Wednesday, February 10, 2010

Don't Just Do Something, Sit There!

The title of this posting comes from dharma teacher Sylvia Boorstein. It means that we often complicate matters in our lives by leaping into a direct intervention to solve some problem, when the truth is that there may not be a problem at all. 

In the 12-step tradition, you are instructed to exercise "restraint of tongue and pen." In the tradition of the Buddha, it is called Wise Forbearance. How many times have we pressed the "Send" button on an e-mail, and later regretted it? Too often to bring to mind. Or perhaps, rather than taking a moment to calm down, we have said things to friends, loved ones, or colleagues that we wish we could take back.

Sometimes the best course of action is not to act at all. First of all, getting all the information we can about a situation is important. We cannot act wisely or effectively if we don't know the whole story. I've personally destroyed several electronic gadgets, transformed simple household plumbing fixes into costly and complicated repairs by trained professionals, and deleted hundreds of files with the hasty touch of a button.  

Remember, too,  that the things the mind is telling you about any situation are merely thoughts, and not facts. The mind will habitually leap to worst-case scenarios without much provocation. Unfortunately, we often believe what the mind is telling us about ourself, another person, or the situation. When the mind gets flooded with stories, stop for a moment and remember that these are thoughts and not facts.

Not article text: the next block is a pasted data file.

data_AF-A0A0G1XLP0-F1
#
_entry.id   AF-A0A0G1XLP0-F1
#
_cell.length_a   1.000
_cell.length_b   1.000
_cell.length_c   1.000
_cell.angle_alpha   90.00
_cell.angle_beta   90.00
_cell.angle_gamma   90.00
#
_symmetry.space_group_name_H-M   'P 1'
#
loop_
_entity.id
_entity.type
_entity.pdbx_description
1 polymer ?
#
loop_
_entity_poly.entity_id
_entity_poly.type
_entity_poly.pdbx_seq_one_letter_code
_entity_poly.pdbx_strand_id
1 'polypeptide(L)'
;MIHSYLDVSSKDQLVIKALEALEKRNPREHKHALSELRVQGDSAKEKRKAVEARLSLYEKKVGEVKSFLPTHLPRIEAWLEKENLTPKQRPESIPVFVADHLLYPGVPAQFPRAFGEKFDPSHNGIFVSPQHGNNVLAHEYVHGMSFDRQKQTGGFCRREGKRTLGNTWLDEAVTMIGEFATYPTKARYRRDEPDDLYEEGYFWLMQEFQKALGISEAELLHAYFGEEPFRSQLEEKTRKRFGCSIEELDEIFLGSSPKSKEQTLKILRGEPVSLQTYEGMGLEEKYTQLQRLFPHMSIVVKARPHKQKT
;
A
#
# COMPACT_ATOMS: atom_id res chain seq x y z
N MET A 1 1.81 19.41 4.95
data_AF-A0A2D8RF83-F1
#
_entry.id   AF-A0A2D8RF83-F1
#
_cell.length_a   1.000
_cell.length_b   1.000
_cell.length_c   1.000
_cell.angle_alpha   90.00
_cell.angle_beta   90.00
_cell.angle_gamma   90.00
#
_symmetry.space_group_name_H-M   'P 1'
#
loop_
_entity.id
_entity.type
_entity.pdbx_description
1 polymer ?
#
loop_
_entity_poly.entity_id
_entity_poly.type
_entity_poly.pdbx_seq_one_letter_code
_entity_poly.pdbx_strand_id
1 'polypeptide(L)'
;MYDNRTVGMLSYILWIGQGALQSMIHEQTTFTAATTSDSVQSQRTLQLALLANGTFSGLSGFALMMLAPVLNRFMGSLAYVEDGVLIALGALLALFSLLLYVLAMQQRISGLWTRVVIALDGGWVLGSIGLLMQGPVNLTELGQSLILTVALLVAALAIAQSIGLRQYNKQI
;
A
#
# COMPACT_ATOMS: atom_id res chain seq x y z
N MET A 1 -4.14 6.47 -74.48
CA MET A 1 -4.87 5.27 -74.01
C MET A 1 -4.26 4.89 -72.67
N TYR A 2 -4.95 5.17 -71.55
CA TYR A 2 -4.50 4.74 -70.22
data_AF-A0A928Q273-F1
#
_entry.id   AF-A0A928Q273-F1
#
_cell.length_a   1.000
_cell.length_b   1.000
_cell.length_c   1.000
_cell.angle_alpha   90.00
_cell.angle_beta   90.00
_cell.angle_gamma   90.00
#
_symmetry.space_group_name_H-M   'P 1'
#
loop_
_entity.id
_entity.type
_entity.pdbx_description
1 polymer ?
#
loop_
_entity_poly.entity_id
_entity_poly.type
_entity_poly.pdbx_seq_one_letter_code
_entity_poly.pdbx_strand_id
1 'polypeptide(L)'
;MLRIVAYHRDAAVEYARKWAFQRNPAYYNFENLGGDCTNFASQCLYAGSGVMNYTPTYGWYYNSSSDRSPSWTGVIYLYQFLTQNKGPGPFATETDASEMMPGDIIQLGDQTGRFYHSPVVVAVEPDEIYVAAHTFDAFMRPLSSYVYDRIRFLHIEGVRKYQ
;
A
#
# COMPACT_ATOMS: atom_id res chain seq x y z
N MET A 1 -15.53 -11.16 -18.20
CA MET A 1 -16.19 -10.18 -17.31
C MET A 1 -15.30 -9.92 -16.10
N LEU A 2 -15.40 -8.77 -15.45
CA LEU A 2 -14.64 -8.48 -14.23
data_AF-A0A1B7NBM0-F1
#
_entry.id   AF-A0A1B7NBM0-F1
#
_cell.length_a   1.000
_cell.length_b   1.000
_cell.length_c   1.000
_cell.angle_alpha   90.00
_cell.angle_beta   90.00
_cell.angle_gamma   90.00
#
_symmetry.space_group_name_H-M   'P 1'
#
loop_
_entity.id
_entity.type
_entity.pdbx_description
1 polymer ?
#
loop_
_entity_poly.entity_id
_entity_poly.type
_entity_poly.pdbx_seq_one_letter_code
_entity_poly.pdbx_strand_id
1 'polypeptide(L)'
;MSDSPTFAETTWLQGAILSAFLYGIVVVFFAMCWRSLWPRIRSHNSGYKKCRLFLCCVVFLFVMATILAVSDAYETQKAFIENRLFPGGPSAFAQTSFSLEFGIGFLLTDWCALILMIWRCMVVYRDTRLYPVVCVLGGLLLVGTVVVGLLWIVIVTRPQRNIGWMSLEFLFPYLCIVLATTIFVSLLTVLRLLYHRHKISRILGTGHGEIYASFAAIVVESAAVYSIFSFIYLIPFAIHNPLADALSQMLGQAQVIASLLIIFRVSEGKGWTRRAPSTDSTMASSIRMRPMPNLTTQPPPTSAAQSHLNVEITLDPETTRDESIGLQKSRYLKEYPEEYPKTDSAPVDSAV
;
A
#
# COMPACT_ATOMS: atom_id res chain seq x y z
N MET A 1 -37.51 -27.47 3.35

So give yourself a little space between the situation and the action. Stop for a moment and just be still. Feel what is going on in the body right now, pleasant or unpleasant. Then bring your attention to rest in the feeling of the body breathing in and out for a minute or so. Now return back to the feelings in the body and see how things are going. This "breathing space" is particularly useful in times of anger or upset, before we say or do something that will be impossible to call back.

I will leave you with this thought from astronaut John Young, the command pilot of the first space shuttle mission, when asked about the wisdom of performing repairs to the vehicle while on orbit: "There's not anything that happens to the shuttle that you can't make worse by trying."


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